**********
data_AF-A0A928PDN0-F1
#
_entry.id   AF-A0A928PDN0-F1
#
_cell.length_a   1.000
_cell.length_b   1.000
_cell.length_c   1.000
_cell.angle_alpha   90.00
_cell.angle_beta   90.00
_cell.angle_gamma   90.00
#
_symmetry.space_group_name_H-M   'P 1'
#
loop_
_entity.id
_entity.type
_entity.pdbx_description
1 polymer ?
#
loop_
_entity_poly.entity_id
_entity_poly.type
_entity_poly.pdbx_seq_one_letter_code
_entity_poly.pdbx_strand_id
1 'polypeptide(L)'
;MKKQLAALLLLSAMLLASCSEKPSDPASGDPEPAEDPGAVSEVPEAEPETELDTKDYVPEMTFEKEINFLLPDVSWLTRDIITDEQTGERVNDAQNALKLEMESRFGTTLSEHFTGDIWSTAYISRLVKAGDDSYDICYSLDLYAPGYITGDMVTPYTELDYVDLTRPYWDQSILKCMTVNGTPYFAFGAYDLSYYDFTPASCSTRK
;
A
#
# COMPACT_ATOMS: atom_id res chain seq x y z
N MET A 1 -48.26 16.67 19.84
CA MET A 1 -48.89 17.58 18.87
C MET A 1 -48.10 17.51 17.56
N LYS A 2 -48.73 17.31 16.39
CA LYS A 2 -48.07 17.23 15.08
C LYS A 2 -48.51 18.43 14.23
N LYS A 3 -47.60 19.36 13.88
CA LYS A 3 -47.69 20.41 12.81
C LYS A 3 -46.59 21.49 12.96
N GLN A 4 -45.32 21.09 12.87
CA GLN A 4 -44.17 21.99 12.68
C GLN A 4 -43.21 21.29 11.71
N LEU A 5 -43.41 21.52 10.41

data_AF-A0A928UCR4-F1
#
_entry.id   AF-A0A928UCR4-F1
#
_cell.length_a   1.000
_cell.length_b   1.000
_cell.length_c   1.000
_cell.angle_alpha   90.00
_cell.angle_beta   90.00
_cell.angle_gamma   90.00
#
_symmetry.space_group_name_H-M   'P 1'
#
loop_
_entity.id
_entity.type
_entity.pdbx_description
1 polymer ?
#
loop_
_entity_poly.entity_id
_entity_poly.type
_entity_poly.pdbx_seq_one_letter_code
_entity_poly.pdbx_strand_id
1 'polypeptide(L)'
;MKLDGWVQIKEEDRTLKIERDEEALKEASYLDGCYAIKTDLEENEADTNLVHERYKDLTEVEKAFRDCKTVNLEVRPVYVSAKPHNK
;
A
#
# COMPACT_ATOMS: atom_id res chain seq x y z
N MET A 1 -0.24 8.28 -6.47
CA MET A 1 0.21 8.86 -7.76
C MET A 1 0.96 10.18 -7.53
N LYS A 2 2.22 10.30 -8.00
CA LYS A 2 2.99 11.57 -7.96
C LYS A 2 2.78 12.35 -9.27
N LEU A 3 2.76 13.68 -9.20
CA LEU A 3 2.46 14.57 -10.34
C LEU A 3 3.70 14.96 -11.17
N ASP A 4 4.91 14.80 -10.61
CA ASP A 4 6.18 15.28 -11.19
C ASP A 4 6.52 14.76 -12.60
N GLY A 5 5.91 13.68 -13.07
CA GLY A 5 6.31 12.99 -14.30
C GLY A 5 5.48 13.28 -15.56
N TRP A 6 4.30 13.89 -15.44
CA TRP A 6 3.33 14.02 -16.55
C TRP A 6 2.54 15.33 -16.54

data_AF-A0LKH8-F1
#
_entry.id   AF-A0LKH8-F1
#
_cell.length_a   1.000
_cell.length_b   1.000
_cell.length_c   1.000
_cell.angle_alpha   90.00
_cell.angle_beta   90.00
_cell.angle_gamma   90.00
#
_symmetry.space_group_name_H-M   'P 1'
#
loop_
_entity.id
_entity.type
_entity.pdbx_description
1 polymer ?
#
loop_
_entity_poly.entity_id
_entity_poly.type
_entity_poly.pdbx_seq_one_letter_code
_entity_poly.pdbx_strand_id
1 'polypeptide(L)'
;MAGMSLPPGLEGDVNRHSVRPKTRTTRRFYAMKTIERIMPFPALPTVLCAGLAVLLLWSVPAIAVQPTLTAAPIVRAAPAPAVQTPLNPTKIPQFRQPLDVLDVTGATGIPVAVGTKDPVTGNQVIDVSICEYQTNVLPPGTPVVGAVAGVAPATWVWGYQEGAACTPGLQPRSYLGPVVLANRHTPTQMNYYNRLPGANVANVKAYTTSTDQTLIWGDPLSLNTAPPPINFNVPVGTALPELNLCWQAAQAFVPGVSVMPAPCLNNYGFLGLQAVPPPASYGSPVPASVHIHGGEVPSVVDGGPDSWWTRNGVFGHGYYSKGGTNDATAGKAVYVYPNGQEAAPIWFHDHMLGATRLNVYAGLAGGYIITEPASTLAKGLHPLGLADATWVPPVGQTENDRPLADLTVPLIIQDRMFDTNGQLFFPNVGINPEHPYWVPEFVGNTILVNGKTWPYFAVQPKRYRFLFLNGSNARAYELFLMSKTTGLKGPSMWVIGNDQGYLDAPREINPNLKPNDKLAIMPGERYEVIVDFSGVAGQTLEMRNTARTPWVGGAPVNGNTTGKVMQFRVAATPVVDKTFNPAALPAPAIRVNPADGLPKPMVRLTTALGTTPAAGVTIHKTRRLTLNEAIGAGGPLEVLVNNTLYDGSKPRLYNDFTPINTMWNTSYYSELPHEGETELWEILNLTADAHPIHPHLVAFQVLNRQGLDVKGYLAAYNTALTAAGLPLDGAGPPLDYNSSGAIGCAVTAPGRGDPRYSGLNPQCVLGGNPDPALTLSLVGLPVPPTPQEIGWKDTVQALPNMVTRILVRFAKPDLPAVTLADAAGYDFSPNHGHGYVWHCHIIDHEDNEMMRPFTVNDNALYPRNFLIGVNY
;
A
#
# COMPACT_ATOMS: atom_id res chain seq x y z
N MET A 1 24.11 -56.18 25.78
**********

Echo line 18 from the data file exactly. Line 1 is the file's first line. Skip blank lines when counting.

1 polymer ?